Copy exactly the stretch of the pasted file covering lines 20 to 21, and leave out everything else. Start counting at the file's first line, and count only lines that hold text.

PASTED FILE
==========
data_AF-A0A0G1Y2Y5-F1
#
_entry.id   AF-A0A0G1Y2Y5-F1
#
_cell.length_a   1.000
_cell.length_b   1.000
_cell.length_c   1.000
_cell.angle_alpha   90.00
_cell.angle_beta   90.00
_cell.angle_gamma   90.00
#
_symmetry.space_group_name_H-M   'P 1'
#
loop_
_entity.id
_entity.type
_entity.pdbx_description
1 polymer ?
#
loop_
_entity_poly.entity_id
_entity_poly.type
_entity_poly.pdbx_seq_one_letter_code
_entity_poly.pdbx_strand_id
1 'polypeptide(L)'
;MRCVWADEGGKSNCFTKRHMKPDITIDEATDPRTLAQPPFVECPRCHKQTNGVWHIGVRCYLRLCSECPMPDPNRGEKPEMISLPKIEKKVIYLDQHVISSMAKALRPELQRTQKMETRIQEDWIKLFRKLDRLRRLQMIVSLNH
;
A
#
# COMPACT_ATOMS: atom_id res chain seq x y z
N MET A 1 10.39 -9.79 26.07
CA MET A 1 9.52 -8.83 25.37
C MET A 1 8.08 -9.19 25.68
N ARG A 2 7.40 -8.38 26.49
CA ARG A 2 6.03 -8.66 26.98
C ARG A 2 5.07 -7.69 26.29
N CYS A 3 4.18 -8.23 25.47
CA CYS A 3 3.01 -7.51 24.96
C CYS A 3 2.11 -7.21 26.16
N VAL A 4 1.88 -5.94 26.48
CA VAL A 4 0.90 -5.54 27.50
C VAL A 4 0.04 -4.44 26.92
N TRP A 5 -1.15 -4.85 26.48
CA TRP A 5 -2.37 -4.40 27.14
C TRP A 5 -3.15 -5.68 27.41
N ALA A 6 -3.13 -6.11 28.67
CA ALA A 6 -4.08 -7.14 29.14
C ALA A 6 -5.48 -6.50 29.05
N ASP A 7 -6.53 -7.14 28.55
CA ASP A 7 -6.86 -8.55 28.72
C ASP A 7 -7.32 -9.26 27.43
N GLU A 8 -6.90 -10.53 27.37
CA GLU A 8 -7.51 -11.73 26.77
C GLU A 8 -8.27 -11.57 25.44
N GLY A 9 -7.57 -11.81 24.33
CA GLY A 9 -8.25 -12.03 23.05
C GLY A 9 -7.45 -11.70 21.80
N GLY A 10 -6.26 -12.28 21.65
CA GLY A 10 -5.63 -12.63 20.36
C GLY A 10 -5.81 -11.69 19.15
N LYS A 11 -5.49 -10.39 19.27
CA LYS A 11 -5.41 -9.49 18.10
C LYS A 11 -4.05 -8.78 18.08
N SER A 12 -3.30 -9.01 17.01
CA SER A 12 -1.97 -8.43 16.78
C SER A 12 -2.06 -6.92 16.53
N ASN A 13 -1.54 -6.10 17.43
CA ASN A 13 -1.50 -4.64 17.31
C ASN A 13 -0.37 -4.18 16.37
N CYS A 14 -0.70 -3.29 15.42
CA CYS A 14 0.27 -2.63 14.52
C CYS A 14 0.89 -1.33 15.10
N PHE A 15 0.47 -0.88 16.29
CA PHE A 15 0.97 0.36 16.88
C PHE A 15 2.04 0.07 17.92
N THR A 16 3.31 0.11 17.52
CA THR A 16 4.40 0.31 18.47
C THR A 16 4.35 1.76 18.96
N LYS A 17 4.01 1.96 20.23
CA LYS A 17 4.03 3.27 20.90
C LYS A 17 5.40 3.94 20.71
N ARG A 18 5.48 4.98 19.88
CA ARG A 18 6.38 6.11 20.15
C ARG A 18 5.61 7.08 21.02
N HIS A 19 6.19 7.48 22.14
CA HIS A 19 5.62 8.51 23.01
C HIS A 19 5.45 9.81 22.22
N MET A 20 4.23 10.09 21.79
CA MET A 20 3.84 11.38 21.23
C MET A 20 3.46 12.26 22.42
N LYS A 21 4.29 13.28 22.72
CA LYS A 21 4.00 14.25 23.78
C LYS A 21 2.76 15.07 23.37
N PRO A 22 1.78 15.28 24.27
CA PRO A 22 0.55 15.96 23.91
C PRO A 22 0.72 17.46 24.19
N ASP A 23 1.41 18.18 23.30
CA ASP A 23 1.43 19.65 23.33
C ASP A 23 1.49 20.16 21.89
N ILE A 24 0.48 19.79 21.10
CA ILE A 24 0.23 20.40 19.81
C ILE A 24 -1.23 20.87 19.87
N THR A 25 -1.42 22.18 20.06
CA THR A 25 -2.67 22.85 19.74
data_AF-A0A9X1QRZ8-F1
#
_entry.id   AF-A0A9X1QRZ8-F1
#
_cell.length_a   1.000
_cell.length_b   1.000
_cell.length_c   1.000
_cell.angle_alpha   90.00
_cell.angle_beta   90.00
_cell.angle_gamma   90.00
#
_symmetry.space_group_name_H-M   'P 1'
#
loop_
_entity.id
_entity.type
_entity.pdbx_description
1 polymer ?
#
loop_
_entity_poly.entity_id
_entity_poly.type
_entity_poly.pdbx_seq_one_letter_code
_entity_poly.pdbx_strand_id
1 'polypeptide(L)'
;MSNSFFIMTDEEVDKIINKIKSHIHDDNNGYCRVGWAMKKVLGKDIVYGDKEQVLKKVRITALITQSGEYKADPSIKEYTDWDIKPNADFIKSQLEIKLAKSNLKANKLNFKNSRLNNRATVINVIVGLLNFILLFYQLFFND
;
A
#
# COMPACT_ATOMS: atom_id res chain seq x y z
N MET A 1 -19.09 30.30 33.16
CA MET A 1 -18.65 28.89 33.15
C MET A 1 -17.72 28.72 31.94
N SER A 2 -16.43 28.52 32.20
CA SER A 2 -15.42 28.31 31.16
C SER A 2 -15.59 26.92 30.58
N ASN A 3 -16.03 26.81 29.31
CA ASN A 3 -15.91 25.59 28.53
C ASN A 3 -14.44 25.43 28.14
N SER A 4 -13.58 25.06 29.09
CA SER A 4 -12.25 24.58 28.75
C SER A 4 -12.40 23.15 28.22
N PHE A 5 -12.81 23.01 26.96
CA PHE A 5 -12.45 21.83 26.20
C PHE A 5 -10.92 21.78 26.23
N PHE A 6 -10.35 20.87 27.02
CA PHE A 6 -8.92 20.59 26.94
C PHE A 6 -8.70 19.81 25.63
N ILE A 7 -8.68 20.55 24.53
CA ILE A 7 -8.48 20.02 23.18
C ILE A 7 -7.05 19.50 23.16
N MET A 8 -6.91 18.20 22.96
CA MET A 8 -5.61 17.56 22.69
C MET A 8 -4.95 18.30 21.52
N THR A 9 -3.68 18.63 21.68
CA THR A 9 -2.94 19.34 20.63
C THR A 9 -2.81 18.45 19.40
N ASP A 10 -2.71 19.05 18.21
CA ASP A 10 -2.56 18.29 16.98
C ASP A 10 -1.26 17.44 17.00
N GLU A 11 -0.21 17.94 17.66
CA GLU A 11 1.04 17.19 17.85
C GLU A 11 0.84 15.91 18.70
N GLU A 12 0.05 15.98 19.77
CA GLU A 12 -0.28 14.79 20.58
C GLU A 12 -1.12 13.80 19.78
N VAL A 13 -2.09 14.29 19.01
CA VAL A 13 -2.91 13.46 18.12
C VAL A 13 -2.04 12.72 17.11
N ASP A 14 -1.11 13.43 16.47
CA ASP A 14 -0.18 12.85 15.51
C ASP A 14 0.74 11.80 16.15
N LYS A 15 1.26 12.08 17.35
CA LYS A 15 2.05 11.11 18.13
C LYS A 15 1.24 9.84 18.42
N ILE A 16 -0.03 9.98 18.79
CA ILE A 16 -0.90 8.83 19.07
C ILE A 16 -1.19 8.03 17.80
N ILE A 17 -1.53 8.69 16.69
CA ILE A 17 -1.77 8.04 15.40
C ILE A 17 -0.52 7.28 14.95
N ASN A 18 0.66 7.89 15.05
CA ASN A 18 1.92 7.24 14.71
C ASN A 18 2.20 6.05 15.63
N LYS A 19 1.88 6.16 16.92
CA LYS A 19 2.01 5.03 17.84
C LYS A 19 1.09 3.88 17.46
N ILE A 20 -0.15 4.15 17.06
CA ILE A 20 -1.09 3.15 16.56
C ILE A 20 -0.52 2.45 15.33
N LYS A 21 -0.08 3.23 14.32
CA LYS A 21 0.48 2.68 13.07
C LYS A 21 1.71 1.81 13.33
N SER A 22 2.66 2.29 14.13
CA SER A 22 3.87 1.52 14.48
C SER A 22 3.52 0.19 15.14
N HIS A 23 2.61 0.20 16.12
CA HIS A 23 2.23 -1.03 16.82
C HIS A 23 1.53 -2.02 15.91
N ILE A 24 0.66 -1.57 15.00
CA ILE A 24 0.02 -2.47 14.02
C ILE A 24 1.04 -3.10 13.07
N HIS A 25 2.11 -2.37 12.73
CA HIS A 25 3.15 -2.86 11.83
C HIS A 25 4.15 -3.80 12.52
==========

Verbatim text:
loop_
_entity_poly.entity_id